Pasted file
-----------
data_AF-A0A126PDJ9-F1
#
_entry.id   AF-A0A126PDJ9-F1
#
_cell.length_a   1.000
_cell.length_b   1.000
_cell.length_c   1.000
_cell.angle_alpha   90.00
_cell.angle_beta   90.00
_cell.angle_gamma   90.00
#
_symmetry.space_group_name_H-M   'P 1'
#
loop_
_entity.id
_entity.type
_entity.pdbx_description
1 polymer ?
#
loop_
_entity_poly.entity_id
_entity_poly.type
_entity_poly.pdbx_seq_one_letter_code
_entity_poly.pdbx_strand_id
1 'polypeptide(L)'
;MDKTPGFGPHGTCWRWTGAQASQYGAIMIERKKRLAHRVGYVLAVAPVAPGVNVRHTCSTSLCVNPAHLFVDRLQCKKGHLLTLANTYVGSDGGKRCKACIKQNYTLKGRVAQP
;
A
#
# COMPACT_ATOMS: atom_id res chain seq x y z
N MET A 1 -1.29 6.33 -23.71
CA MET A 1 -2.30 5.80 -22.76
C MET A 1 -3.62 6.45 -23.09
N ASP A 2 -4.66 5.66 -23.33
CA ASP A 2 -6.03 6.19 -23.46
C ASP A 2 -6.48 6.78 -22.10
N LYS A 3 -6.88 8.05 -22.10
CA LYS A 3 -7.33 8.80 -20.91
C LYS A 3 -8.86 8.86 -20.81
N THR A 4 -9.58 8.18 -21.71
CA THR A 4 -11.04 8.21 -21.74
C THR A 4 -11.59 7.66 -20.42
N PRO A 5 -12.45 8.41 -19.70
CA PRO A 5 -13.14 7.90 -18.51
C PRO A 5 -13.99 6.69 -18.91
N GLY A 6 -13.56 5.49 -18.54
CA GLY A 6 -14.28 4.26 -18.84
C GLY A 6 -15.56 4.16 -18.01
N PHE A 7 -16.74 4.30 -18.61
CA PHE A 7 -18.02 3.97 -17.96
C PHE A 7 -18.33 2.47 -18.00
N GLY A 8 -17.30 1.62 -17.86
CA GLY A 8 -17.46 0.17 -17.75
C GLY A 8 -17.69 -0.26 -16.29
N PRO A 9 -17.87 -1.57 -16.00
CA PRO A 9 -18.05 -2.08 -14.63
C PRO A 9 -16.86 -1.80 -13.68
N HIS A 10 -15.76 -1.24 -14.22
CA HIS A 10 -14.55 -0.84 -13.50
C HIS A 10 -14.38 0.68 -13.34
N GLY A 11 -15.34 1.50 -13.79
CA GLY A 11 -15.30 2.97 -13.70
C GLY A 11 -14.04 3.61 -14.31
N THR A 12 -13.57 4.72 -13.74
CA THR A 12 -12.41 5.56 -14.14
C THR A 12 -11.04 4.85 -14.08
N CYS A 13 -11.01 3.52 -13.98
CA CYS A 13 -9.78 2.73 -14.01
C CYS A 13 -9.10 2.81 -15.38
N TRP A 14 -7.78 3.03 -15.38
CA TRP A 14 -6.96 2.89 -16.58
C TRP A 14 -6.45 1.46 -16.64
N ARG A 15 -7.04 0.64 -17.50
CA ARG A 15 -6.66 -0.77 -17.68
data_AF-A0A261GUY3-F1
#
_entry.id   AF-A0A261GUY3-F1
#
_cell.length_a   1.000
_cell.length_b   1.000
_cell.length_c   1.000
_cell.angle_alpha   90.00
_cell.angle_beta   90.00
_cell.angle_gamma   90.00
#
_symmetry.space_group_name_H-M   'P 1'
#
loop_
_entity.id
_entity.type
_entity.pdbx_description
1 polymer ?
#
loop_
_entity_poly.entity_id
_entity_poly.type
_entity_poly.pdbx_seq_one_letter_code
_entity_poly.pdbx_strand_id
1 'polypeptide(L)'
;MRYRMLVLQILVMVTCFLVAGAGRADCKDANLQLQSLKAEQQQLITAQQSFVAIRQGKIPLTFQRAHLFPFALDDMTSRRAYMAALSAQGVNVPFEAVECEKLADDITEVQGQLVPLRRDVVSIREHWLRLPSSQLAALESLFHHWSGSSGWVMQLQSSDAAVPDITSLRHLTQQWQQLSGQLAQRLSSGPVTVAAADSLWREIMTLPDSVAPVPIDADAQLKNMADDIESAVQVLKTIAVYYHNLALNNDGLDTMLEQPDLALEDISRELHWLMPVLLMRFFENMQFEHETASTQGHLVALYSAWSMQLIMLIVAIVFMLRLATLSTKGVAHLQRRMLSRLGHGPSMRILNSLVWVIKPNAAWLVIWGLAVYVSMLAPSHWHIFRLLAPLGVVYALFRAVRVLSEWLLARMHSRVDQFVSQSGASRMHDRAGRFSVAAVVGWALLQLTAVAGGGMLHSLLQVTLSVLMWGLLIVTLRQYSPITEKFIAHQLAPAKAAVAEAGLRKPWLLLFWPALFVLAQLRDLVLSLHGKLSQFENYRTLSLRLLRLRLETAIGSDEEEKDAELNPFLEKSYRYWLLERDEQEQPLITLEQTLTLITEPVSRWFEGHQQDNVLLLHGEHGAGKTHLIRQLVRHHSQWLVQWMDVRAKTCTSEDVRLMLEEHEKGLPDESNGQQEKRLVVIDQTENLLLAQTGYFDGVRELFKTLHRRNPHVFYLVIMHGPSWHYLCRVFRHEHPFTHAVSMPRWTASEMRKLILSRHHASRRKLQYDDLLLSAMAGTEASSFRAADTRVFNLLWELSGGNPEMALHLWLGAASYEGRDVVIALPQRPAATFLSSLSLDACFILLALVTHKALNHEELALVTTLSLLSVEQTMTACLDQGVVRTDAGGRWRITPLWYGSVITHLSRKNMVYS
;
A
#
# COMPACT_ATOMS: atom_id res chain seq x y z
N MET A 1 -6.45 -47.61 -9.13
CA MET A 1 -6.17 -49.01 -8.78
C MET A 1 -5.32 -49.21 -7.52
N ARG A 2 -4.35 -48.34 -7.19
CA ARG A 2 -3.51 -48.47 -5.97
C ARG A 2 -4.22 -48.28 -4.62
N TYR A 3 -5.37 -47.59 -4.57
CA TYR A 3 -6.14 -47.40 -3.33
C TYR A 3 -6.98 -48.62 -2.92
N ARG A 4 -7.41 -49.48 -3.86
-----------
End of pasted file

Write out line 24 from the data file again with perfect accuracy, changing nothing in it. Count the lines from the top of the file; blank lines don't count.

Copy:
_entity_poly.pdbx_strand_id